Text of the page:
informative in assessing whether such patients have an increased risk (and morbidity) from
this viral illness. Furthermore, COVID-19 pandemic has led to delay in cancer diagnosis and
modifications in cancer treatment to limit as much as possible the number of patients in
order to reduce the risks of contamination by the SARS-Cov-2 virus for both patients and the
caregivers. Arduino PG et al reported a substantial delay in oral cancer diagnosis in
north-west Italy due to COVID19 outbreak. In addition, the management of cancer patients is
modified during the COVID-19 pandemic including delays in surgery, delays and modification of
radiation treatment schedule. Cancer Societies have issued treatment guidelines of cancer
patients during COVID-19 which include treatment adjustments the impact of which is currently
unknown. In addition, the coexistence of COVID-19 and cancer may increase the incidence of
treatment complications such as postoperative thrombosis and pulmonary emboli. For COVID-19 +
thyroid cancer patients treated with tyrosine kinase inhibitors, treatment complications and
outcomes are very relevant clinical questions. Furthermore, the limited cancer patient
population described in this first report from the literature, was characterized by the lack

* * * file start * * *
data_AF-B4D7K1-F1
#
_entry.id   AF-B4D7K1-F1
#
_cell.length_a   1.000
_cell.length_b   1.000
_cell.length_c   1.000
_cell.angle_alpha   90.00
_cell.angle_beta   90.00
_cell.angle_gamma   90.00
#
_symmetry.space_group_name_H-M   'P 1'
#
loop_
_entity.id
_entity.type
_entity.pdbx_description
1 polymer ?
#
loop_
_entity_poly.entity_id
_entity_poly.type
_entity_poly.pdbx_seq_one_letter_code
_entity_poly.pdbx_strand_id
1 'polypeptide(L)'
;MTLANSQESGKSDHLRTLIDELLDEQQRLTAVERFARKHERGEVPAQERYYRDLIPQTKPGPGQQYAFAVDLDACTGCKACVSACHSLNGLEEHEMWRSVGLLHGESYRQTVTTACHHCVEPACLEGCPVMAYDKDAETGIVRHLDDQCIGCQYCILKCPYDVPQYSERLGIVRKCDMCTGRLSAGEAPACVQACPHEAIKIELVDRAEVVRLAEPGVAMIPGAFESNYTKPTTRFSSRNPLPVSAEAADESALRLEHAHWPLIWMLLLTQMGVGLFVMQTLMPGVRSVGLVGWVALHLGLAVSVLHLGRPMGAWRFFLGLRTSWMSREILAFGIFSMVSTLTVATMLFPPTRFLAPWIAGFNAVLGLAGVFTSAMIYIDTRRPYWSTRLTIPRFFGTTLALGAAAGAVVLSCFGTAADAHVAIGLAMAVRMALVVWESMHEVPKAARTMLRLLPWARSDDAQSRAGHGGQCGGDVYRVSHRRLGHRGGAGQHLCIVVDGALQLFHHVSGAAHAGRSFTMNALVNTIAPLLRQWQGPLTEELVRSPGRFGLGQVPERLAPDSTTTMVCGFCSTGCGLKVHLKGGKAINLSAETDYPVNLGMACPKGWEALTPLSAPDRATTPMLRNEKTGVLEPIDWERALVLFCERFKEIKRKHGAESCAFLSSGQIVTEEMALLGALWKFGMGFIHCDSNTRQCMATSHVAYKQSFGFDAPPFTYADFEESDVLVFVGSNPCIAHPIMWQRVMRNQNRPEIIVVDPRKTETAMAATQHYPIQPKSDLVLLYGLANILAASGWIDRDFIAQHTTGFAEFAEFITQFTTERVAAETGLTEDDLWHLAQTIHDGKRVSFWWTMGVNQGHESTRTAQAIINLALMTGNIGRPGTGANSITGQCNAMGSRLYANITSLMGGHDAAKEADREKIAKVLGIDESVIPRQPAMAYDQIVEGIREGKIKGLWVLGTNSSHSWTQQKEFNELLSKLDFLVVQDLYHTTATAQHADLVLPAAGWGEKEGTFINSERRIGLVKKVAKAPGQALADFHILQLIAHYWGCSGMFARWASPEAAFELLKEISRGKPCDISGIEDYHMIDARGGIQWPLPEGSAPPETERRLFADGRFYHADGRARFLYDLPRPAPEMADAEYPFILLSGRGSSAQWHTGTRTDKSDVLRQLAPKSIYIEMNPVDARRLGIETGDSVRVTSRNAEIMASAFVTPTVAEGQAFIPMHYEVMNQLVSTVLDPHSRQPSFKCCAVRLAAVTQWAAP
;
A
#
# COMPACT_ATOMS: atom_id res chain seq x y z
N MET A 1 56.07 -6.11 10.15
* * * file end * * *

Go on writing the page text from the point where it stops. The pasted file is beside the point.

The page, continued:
of individuals receiving anticancer immunotherapy. Indeed, only chemotherapy and surgery were
cited among treatments received by patients in the month prior to developing COVID-19. Maybe,
this could simply be due to the casualty of a small sample, or otherwise, it could suggest
that cancer patients receiving immunotherapy are less prone to develop COVID-19 or to be
admitted in hospital due to severe coronavirus symptoms. Currently, we are aware of the
probably higher incidence of misdiagnosed coronavirus infections compared with that reported
and updated every day; it is likely that a large portion of healthy and young population
develop COVID-19 with mild symptoms, not requiring hospital admittance and thus escaping the
laboratory confirmation of the disease.

Cancer patients undergoing treatment with anti-PD-1/PD-L1 currently used in everyday practice
to treat head and neck carcinoma constitute a growing oncological population. Their specific
susceptibility to bacterial or viral infections has not been investigated. Considering that
immunotherapy with Immune Checkpoint Inhibitors (ICI) is able to restore the cellular
immunocompetence, as it was previously suggested in the context of influenza infection, the
patient undergoing immune checkpoint blockade could be more immunocompetent than cancer
patients undergoing chemotherapy. In the recent weeks, in the countries heavily affected by
the COVID-19 outbreak, such as Italy, scientific associations recommended the prudential